While sorting through old files recently I came across a folder with notes on some of my preservation projects from my early years in Special Collections. Inside was a worksheet that I had used to make my first clamshell box. This had been a special project for me, and seemed a fitting topic for my first blog of the year.
Each of our clamshell boxes was constructed for a specific book. The books were measured so that the box would hold the book snugly. A clamshell box is comprised of two three-walled containers that are hinged to close one over the other. The boxes are sturdy and are designed to give solid protection for their fragile contents. The construction of clamshell boxes is very time consuming, which, therefore, makes them expensive.
I learned to make clamshell boxes so that I could then train student workers on how to construct them. I needed to make several boxes so that I could understand the process and be able to answer questions and provide quality control. I made several clamshell boxes for certain fragile items, but for this first box I was told that I could pick the book that I wanted to make the box for. I selected our first edition of Walden by Henry David Thoreau.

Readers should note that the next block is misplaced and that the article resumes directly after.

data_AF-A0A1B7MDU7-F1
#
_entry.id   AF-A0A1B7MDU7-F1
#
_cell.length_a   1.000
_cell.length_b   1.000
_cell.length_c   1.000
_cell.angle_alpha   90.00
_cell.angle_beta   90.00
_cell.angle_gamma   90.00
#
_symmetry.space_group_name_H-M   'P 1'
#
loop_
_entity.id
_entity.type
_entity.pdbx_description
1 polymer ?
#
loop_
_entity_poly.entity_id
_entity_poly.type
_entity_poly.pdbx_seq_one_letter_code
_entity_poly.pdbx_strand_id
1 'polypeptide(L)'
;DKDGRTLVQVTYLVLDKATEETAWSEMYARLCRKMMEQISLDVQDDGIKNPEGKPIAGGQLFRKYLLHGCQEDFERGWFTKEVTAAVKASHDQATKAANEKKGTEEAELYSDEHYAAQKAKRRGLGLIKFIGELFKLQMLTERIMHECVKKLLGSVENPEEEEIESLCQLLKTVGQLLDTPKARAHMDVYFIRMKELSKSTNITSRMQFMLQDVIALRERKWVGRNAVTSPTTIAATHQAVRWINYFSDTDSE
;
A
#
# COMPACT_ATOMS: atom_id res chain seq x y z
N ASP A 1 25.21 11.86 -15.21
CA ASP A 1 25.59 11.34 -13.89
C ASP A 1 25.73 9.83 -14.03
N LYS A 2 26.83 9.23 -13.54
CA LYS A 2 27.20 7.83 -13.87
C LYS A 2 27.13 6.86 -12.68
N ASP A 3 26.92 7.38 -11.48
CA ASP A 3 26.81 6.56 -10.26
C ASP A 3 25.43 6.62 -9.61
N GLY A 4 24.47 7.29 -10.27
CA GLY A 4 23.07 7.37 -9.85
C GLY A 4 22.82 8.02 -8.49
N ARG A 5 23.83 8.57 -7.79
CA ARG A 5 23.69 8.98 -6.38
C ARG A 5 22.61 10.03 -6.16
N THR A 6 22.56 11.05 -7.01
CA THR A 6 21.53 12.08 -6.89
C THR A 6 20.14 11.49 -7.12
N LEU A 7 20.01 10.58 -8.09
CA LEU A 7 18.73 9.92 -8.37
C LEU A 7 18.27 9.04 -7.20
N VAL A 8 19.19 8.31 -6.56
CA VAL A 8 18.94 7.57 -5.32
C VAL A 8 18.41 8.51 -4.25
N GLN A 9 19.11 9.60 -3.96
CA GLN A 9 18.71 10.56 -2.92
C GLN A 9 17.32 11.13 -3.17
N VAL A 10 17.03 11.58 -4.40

Walden was an easy choice for me. This account of Thoreau’s simple life in a cabin in the woods, devoted to personal introspection, had captured my imagination since I first encountered it in college. I was thrilled that we had a first edition of this book.
Preservation work is very rewarding. Creating an enclosure that would protect Walden for many years to come made this work a labor of love, and I feel a sense of pride every time I have reason to handle this book.
Senior Library Technician